Members of a growing coalition of House conservatives say they can't support a bipartisan comprehensive immigration-reform bill in the Senate just to win over Hispanic voters.
"You don't sacrifice your principles for political expediency," said Republican Rep. Mo Brooks of Alabama. "The Hispanics that I know in my community, they want people who understand the importance of the rule of law."
Brooks spoke at a Capitol Hill press conference on Tuesday with five other conservative House members who say they want their voice heard in the debate on immigration, and to stall any momentum that the Senate bill might be gaining.
The Senate Judiciary Committee is currently marking up a sprawling 844-page bill introduced by a bipartisan group of eight senators, and House leaders have publicly indicated that they are approaching the issue through several smaller bills.
"There's another viewpoint here," said Rep. Steve King, who recently told Newsmax that he would not seek the Republican nomination for the Senate in Iowa to focus on immigration in the House. "It's not the one being stampeded in the Senate, and likely stampeded in the House."
King said that unlike Obamacare — which the House will vote on repealing this week despite its weak chances of success in the Senate — granting amnesty to the estimated 11 million immigrants currently in the United States cannot be undone in the future.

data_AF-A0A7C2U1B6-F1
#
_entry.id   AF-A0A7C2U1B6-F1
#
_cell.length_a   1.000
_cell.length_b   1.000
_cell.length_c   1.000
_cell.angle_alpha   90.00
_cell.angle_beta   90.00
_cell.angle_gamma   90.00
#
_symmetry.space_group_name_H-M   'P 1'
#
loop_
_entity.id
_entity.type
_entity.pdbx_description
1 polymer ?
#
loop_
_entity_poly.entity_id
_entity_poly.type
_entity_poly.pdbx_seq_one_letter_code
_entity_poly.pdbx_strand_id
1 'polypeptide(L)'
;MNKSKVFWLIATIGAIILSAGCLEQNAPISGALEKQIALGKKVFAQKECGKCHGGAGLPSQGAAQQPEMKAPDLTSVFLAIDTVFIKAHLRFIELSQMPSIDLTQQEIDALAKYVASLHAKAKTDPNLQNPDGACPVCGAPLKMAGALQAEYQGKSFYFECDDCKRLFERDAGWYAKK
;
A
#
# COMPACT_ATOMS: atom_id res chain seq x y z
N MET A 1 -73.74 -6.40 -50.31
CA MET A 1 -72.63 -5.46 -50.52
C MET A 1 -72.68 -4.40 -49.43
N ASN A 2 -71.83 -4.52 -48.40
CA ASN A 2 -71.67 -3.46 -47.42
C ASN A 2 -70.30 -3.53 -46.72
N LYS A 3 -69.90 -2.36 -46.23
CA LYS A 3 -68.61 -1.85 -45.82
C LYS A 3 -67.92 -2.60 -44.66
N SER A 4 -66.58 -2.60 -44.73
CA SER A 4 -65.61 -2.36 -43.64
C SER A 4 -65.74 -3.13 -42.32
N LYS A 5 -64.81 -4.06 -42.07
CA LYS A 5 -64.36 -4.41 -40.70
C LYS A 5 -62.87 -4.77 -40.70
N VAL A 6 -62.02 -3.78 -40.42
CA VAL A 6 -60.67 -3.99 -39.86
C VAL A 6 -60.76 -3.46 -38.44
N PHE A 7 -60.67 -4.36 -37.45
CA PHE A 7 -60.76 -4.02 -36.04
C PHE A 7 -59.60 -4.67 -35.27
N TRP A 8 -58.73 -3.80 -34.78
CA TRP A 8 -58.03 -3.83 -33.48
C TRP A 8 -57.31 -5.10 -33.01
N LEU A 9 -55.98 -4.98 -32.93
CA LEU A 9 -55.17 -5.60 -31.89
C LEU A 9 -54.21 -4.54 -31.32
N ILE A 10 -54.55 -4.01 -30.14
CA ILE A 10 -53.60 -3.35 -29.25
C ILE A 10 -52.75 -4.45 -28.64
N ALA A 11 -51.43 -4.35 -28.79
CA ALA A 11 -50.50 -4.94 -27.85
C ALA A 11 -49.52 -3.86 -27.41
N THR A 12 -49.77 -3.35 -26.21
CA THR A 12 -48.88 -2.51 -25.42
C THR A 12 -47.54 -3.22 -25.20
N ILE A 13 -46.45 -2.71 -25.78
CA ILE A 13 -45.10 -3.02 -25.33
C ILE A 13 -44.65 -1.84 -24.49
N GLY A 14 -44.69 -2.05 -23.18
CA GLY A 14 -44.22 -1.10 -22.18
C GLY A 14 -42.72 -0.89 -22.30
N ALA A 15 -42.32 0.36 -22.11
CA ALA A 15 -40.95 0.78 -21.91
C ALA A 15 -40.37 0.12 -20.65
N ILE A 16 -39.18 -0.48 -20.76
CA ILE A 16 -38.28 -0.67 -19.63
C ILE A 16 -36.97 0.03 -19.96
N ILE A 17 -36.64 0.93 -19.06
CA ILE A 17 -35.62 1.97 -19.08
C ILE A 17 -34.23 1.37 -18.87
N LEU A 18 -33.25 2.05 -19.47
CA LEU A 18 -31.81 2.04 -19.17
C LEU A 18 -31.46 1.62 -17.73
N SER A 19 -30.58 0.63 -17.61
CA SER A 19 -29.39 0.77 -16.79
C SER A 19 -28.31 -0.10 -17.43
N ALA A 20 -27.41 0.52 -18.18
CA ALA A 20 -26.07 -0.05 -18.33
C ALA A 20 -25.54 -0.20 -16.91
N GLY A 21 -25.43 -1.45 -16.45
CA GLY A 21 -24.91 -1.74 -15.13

"If this amnesty goes through there's no undoing it, the genie is out of the bottle," King said.
Brooks, King, and other members attending the press conference said that they are opposed to the Senate bill largely because they believe it grants amnesty to millions of illegal immigrants, costs trillions of dollars, and does not sufficiently address border security.
"I believe we need to tear this thing up and start from the beginning," said Rep. John Fleming of Louisiana. "This bill is full of promises and contingencies when in fact we're not properly enforcing the laws that we have today."
The other members of the group at the press conference were Reps. Steve Stockman and Louis Gohmert of Texas and Paul Gosar of Arizona.
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